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FEBS Lett. 2005 Feb 14;579(5):963-8. Epub 2005 Jan 21.

A redox switch hypothesis for the origin of two light reactions in photosynthesis.

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School of Biological Sciences, Queen Mary, University of London, Mile End Road, London E1 4NS, UK.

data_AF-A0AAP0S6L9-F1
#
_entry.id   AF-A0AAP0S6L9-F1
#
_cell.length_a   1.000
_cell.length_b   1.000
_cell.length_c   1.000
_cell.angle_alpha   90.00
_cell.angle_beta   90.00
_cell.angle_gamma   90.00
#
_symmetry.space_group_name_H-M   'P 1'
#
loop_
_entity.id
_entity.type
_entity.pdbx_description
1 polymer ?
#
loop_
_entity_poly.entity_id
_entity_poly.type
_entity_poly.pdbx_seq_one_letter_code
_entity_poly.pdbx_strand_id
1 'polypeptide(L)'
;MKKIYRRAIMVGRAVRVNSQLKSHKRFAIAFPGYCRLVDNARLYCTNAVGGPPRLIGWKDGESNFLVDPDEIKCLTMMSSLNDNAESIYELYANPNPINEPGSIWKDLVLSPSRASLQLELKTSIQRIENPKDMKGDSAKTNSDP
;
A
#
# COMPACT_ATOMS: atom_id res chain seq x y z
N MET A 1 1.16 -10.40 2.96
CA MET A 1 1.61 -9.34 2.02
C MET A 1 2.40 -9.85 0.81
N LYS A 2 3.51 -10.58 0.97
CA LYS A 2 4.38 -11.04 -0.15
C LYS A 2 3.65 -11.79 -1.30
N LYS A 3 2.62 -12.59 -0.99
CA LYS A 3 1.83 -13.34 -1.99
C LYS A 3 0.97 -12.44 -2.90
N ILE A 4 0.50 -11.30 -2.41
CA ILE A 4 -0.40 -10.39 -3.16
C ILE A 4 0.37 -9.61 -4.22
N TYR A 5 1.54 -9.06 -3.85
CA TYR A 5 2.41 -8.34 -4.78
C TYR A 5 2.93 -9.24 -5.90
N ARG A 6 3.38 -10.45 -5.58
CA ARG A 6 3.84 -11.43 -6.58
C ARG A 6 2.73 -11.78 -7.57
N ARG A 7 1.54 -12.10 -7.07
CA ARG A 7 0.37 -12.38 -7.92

Photosynthesis provides energy in the Earth's biosphere and oxygen in its atmosphere. For oxygen to be produced, two different light reactions must operate simultaneously and in series. Known anaerobic, photosynthetic bacteria contain one or other of these photosystems, but never both. Here, I propose that the two photosystems diverged, in structure and function, from a common ancestor, within a single, continuous, anaerobic lineage. In such cells, living examples of which are predicted, the two photosystems are isoenzymes encoded by orthologous genes under co-ordinated, redox regulatory control. A redox switch responds to defined environmental conditions and selects which set of genes is expressed. In these cells, the two photosystems are thus synthesised at different times. It is further proposed that the origin of oxygen-evolving photosynthesis was a simple mutation that disabled the redox switch, permitting simultaneous expression of the two sets of genes. The two, newly co-existing photosystems became connected by shared electron carriers, allowing generation of electrochemical potential high enough to oxidise water; an inexhaustible supply of reductant; and the selective advantages and pressures of an aerobic world.

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